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Is Fear of Islam Irrational? Ask the Victims of Extremism

By       Message Reza varjavand       (Page 1 of 1 pages)     Permalink

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The recent appearance of Dr. Reza Aslan on CNN and his flare-up during an interview has created a backlash on the Internet concerning his demeanor, tantrum, claims, and especially the extent to which he understands what is going on in Islamic countries. The underlying issues that provoked Aslan's reaction were the repressive treatment of women in Islamic countries and whether the religion of Islam is peaceful. Although Dr. Aslan is a prolific researcher, a celebrated author, and a masterful debater and communicator, his disposition was frail, I surmise. He overreacted to the CNN anchors' insistence that women in Islamic countries are mistreated by calling their claim "stupid."

My question is, if Islam is a peaceful religion, why does it appear that the most violent acts reported in the news today are taking place in Islamic countries and are perpetrated by Muslims against Muslims and others? Why do we read about and see on a daily basis the images of atrocities committed in the name of Islam, such as blown-up buildings and cars, beheadings, floggings, honor killings, stoning, and the arrests of innocent people for violating Islamic dress codes?

Dr. Aslan tried to defend Islam by claiming that "no religion is inherently violent or peaceful; people are violent or peaceful." Adherents are the ones that make a religion aggressive or passive. He believes that even though we witness violence in Islamic countries, this is symptomatic of much deeper problems such as the miserable living conditions prevalent in many Islamic countries that drive people to desperation as well as the implicit assumption that the U.S. and its Western allies are responsible for their misery. Aslan seems to forget that some of these impoverished countries are governed by Islamic clerics and their religious and economic policies. He and his supporters seem to suggest that it is the humiliation and hectoring of Muslims that add fuel to the fire of violence and not the teachings of Islam per se. Impenitently, often Islamic apologists argue that people like the Taliban and ISIS fighters are not true Muslims. They claim that these violent and oppressive groups represent only a minority of Muslims who intentionally cherry pick the violence-provoking verses of the Quran to justify their atrocities or misguide people and in so doing, take advantage of the name of Islam to brainwash naive believers into extremism. Frankly, I am left somewhat baffled by arguments regarding who is a true Muslim and who is not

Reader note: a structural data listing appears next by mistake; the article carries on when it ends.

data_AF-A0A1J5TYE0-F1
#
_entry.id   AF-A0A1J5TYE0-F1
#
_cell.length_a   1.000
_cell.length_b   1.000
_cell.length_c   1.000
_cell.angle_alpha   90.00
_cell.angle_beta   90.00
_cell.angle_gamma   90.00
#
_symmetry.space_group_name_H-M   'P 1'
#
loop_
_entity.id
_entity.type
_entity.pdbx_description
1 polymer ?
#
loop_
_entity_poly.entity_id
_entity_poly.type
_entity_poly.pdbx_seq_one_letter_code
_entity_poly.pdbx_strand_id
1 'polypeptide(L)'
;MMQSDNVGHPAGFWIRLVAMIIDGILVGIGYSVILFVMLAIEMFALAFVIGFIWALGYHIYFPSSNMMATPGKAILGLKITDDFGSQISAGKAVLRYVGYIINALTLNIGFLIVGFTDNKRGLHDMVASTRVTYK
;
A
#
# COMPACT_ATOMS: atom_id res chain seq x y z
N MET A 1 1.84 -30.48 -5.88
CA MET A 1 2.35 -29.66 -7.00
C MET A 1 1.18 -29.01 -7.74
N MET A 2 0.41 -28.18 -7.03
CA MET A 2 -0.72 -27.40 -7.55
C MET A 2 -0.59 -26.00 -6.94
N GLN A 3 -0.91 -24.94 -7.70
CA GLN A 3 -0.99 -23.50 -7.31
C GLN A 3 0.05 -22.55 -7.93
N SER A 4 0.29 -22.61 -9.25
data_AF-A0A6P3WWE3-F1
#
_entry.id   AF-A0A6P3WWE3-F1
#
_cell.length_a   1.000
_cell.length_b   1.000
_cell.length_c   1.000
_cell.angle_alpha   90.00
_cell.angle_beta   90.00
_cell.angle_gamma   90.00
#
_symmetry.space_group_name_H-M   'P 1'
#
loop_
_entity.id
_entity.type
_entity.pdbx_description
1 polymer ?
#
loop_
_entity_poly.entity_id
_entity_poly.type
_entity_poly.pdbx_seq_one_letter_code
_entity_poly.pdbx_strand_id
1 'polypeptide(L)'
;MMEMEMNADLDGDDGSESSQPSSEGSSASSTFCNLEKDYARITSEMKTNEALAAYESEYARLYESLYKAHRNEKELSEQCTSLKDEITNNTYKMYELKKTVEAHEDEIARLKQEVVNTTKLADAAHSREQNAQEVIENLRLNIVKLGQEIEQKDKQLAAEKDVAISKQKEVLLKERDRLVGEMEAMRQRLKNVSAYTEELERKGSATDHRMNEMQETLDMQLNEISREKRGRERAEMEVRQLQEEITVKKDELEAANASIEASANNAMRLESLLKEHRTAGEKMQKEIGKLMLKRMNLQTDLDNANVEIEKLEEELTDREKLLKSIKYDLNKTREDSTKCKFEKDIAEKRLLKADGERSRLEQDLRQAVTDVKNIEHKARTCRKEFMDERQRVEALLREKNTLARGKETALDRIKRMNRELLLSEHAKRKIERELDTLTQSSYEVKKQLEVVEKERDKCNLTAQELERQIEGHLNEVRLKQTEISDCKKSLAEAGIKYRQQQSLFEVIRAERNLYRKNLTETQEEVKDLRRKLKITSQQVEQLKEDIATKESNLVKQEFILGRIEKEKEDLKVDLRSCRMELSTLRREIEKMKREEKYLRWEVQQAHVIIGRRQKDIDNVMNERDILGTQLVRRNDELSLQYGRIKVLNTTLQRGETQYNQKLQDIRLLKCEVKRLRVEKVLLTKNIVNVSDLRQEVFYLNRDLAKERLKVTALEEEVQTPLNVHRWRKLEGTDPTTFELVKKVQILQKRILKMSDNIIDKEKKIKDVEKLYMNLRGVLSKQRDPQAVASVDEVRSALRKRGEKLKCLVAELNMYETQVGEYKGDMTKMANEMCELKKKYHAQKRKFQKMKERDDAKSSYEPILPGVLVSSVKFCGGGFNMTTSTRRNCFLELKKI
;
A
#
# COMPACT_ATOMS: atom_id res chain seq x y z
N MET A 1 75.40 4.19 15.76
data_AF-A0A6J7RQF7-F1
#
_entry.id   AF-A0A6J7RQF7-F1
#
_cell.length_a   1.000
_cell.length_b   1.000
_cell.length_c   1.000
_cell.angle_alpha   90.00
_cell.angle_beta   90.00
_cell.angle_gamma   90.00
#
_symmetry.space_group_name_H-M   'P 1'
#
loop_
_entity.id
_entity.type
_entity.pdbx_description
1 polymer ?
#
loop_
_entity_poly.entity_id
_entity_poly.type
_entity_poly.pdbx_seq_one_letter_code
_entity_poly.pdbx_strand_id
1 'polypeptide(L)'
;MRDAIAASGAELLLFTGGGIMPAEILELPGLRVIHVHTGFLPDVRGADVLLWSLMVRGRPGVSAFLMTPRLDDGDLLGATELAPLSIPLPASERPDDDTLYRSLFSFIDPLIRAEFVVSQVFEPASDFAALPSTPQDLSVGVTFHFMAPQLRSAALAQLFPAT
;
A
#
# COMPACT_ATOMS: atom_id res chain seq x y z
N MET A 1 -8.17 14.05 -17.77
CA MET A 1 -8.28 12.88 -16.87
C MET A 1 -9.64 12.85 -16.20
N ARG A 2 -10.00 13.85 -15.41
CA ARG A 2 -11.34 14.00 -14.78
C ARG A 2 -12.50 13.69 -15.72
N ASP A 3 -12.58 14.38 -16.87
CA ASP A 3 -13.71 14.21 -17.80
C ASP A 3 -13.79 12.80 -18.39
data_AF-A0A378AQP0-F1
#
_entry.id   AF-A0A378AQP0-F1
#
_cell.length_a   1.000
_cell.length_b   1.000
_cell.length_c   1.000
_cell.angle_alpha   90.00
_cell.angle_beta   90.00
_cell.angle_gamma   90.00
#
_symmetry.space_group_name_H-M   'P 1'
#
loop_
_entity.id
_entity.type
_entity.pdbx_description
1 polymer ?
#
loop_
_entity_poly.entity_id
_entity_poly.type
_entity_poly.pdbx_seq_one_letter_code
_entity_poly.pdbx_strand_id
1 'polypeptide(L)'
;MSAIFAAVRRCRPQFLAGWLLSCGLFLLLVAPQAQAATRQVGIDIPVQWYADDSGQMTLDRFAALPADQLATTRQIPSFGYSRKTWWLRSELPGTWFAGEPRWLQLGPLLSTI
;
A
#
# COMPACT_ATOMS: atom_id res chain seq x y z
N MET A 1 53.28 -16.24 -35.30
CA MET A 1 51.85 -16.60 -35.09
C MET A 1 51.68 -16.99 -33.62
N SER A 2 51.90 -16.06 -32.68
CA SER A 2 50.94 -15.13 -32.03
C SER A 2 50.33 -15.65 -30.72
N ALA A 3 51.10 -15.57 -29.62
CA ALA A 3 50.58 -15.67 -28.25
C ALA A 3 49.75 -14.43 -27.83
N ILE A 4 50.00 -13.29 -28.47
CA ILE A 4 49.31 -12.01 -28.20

Some Muslim countries, as Dr. Aslan duly pointed out, have established laws in support of the equality of males and females; however, this support has been reluctant and scant and doesn't mean that Islam had anything to do with it. The fact is that women in those countries have had to fight tooth and nail to attain their basic rights one at a time and to establish their proper place in society. They had to stand up and combat the discriminatory laws of Islam, the same religion that Dr. Aslan believes has given them equality. We must not overlook the reality that what led to a partial emancipation of women in a few Islamic countries has been the result of long struggle by women and human right activists who had to fight the ruling religious hardliners who have been reluctant to lose their grip on power and come out of the self-serving cocoon of dogmatism. Frankly, in no Muslim countries are women treated as more inferior than in Saudi Arabia and Iran, both of which are ruled by Islamic governments. Women in these countries have no choice but to accept the lowliness imposed upon them that keeps them subordinate to men. It is my belief that such treatment is rooted in Islamic religious scriptures and religious rulers in Islamic countries are reluctant to change or modify this treatment.

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It is obvious that Professor Aslan can appease ordinary folks who have shallow knowledge of Islam and get them to applaud him on social media. However, his half-true claims are a hard sell to people who are well-informed and have access to vast traditional and online resources and can easily check the facts or the validity of a claim. The violent acts that are shown on social media put on public display the frightening face of religious extremism that underpins the "Islamophobia" in the U.S. that people like Aslan believe is unfounded.

Ironically, the problem with some of us Muslims is that we criticize or even insult other religions, challenge their pillars, and are not shy about proclaiming the righteousness and pre-eminence of our own religion, but in turn, some of us have thin, intolerant skins when criticism is directed at Islam and react violently. If Muslims can critique and summarily dismiss the pillars of other religions as being irrational, why then can we not put our own religion under the same scrutiny?